Overwatch returns to Burbank’s Blizzard Arena this weekend, filling a void left by the end of Overwatch League Season 1. From September 7-9, six teams will be competing to take their country to Blizzcon in November. All of them are looking for their ticket to fight for the World Cup trophy, but which ones will make it?
America’s team is a powerhouse with both new and experienced talent. Sinatraa (DPS) and Rawkus (Support) were a part of World Cup 2017 and know how to topple qualifiers, having taken first place last year in Santa Monica. They’ve added newcomers in the form of their fellow Overwatch League players; Muma and Space (Tank), Hydration (DPS), Moth (Support) and Zacharee, a top Contenders DPS talent, have all joined the ranks of Team USA. With this lineup, they’re expected to dominate once again. Keep an eye on the tank line; Muma and Space are at the top of their game.
While Team USA is packing its roster full of new faces, Team Canada seems to be sticking to what works. Four of seven players are returning from the 2017 games in their prior roles, including XQC (Tank), and Mangachu (Flex DPS). New additions include Crimzo (Support) from Contenders, Bani (Support) from the Houston Outlaws, and flex tank NotE from the Boston Uprising. Watch out for the dangerous DPS duo of Agilities and Surefour. While they’re rivals on the LA teams in the Overwatch League, together they have the capability to clutch any game.
This year, South America has a chance to compete for a top spot at qualifiers. The bulk of the Brazil roster comes from Contenders team Brasil Gaming House, which is good for viewers: they’ve dominated the South American Contenders championship two years in a row. Some of last year’s Team Brazil is returning, such as dudu (DPS), liko (DPS), and alemao (Support). Liko and dudu form a powerful DPS team on Brasil Gaming House, and along with alemao’s support, they have a chance to bring down the big boys.
Norway is another team that has held on to a good portion of their 2017 roster and is hoping to topple USA and Canada. They were beaten out in the 2017 Shanghai qualifiers by China and France, but are hoping for a different outcome this time around. Their chance could come in the form of players who have had Contenders experience, coming from multiple teams with vast experiences. Onigod (DPS, Angry Titans) and Decod (Tank, Last Night’s Leftovers) gave stunning performances on their Contenders teams and could be saviors for Norway.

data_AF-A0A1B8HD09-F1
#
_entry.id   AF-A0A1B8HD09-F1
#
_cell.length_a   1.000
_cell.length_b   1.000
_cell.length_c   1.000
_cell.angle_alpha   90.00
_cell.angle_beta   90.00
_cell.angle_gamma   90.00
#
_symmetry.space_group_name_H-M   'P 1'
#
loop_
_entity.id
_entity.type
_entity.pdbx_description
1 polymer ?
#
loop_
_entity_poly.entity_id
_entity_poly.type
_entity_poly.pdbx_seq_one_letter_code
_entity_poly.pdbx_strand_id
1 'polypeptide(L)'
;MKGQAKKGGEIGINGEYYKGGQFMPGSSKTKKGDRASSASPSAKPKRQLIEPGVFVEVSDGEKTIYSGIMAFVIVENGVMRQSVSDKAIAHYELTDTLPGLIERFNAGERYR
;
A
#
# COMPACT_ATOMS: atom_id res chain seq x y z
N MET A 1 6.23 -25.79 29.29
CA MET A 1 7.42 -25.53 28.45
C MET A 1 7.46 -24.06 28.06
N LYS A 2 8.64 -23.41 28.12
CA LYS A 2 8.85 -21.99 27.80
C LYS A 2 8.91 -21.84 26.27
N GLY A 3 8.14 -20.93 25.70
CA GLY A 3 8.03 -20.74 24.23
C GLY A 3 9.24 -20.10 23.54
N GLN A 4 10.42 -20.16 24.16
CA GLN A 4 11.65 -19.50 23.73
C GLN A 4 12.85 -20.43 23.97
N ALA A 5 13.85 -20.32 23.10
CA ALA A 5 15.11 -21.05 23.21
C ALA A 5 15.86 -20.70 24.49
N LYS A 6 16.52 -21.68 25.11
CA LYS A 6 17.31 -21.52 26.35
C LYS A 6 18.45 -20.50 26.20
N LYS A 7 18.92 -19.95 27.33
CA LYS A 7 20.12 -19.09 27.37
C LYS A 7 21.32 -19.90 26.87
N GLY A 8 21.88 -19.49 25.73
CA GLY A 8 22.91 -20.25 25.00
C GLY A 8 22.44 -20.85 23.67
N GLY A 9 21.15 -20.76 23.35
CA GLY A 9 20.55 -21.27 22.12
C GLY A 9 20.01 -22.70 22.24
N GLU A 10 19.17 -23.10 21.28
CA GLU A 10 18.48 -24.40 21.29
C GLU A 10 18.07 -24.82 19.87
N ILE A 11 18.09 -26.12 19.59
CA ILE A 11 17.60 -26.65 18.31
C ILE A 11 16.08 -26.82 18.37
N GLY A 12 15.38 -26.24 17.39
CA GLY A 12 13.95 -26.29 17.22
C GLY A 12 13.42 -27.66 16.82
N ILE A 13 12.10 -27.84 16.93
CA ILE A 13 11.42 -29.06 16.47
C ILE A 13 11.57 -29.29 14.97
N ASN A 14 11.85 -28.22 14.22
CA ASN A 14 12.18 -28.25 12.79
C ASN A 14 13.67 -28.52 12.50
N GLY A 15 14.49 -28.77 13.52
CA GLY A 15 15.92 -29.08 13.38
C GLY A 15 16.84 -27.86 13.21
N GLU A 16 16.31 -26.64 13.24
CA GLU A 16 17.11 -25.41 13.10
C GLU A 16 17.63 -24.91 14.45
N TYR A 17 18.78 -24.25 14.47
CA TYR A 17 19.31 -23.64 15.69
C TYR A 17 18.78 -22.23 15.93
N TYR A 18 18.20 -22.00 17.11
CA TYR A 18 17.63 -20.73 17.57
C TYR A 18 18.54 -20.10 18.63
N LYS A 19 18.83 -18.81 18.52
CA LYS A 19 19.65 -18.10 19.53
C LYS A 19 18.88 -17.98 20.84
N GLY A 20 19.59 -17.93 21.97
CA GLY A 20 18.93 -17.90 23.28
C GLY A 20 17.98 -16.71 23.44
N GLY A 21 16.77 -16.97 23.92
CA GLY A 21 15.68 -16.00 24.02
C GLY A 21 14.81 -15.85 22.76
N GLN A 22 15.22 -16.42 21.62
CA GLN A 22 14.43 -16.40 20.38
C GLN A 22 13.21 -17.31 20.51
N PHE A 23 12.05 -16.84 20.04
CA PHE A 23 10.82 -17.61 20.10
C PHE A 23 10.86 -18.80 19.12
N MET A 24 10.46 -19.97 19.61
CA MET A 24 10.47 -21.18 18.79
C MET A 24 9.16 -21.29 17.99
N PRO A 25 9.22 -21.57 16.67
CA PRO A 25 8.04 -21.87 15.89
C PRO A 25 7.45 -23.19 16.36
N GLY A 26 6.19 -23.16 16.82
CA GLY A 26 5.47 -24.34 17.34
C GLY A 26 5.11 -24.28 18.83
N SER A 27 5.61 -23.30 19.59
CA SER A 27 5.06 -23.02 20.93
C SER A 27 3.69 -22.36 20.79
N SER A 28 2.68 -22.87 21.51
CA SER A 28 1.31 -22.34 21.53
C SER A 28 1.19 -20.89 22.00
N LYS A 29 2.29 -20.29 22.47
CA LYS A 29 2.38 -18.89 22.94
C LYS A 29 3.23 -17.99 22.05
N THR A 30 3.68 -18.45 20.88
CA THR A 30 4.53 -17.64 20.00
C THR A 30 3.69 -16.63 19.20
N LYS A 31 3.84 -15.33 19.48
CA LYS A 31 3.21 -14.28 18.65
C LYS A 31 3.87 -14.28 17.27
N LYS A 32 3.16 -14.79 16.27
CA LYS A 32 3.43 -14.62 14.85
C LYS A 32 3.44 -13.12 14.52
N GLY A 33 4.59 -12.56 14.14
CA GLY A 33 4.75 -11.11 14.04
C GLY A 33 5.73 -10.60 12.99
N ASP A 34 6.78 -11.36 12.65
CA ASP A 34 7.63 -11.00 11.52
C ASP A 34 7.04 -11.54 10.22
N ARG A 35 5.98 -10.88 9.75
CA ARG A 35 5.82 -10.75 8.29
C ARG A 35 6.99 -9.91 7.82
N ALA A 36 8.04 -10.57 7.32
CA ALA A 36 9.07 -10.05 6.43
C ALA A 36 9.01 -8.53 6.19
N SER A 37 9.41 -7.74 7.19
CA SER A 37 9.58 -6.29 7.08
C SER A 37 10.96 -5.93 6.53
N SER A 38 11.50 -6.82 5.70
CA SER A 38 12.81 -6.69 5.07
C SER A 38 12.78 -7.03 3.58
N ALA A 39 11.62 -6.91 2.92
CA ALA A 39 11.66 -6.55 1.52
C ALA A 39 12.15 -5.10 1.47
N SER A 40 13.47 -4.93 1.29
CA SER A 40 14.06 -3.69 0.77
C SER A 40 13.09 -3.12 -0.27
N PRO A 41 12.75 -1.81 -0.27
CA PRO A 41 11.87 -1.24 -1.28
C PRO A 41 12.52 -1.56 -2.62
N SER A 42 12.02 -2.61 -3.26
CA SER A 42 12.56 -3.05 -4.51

Austria is running on hope – and not much else. At the 2017 Katowice qualifiers, Team Austria managed to not take any maps off of their opponents. This year, much of the team has been wiped to start fresh. Returning members include tanks Sensotix and wat7. New addition MrDragonLol (DPS), besides having a great name, is the only member to have recently been on a Contenders level team. Hopefully their changes work out for the best.
Of all the teams in the LA Qualifiers, Switzerland has the chance to be a real wild card. The country hasn’t been represented in the Overwatch World Cup since 2016, when they won zero maps in the qualifiers. Their core roster includes four players from Silent Gaming, most of whom boast top 500 EU placements. For Switzerland, this round is a chance for both redemption and an opportunity to show off their players to other markets.
Matches: Watch or Skip?
Let’s be real: sometimes, you don’t have the time – or patience – to catch every game in a packed World Cup Qualifier. To help you out, here’s my list of what to skip, what to watch, and what can’t be missed.
Friday, September 7
- SKIP: Austria vs. Canada (10AM PST)
- Easy 4-0 for Canada. Sleep in.
- SKIP: Norway vs. Switzerland (11:45AM PST)
- Might be worth watching if you want to see what Switzerland is made of on LAN, but otherwise, should be easy for Norway.
- WATCH: Canada vs. Brazil (1:30PM PST)
- Both Canada and Brazil have DPS duos that run through their opposition, so seeing them go head to head will be exciting, if not full of clutch plays.
- SKIP: Austria vs. United States (3:15PM PST)
- Sorry, Austria – USA should be able to take this one easily.
- MATCH OF THE DAY: Norway vs. Brazil (5:00PM PST)
- This match would show viewers which team has an actual chance to overthrow Canada and USA, and every map counts for either team. Will Brazil’s cohesive team or Norway’s mix of high-skill players win out?
Saturday, September 8
- SKIP? Switzerland vs. Austria (10AM PST)